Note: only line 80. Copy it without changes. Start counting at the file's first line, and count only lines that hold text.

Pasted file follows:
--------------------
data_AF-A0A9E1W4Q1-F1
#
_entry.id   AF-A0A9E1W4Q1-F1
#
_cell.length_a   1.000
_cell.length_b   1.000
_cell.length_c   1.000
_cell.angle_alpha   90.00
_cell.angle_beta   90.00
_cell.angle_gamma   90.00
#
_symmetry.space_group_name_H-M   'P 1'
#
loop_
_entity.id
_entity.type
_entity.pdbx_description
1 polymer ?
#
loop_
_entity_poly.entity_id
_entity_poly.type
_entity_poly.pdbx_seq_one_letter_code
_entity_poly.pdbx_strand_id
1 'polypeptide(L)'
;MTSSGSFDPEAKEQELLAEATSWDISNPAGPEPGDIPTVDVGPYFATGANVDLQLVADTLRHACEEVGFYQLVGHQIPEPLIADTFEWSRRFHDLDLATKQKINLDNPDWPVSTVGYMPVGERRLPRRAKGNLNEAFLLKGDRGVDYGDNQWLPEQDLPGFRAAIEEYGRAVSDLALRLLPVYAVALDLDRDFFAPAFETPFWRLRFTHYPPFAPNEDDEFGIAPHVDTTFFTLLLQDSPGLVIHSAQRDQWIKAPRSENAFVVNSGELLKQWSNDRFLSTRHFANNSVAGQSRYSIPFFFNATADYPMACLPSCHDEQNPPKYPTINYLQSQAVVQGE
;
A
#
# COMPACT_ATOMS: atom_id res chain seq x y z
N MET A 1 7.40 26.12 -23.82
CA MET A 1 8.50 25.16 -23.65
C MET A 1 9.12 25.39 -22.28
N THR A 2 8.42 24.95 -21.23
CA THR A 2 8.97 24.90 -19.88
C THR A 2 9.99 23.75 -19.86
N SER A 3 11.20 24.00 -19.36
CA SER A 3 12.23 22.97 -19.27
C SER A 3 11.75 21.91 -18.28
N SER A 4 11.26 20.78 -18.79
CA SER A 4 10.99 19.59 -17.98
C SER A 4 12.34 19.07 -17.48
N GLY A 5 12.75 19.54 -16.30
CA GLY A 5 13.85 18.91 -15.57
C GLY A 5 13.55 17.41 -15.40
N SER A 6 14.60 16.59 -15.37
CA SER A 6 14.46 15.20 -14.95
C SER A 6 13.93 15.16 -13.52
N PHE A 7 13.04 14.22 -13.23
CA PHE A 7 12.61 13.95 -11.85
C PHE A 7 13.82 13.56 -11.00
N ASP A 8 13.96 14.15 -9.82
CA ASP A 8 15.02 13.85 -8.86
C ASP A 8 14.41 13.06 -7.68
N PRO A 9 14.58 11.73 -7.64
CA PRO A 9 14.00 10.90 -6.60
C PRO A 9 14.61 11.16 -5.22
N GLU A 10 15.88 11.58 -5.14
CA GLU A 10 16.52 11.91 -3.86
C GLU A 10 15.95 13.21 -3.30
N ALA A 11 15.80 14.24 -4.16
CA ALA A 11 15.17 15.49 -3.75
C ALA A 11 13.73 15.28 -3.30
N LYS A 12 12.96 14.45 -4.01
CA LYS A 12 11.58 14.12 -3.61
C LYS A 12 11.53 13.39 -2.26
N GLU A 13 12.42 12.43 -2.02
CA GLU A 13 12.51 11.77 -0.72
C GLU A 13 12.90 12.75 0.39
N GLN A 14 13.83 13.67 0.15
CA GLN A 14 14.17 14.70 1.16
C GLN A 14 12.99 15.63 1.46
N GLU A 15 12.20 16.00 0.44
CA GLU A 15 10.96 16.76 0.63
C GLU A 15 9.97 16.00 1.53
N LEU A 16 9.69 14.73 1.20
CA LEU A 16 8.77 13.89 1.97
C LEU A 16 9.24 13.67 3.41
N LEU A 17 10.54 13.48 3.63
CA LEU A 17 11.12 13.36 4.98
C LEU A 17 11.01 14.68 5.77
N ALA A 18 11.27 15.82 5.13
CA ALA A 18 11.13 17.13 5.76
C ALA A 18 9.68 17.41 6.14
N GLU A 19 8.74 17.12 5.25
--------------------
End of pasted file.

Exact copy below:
CA LEU A 17 11.12 13.36 4.98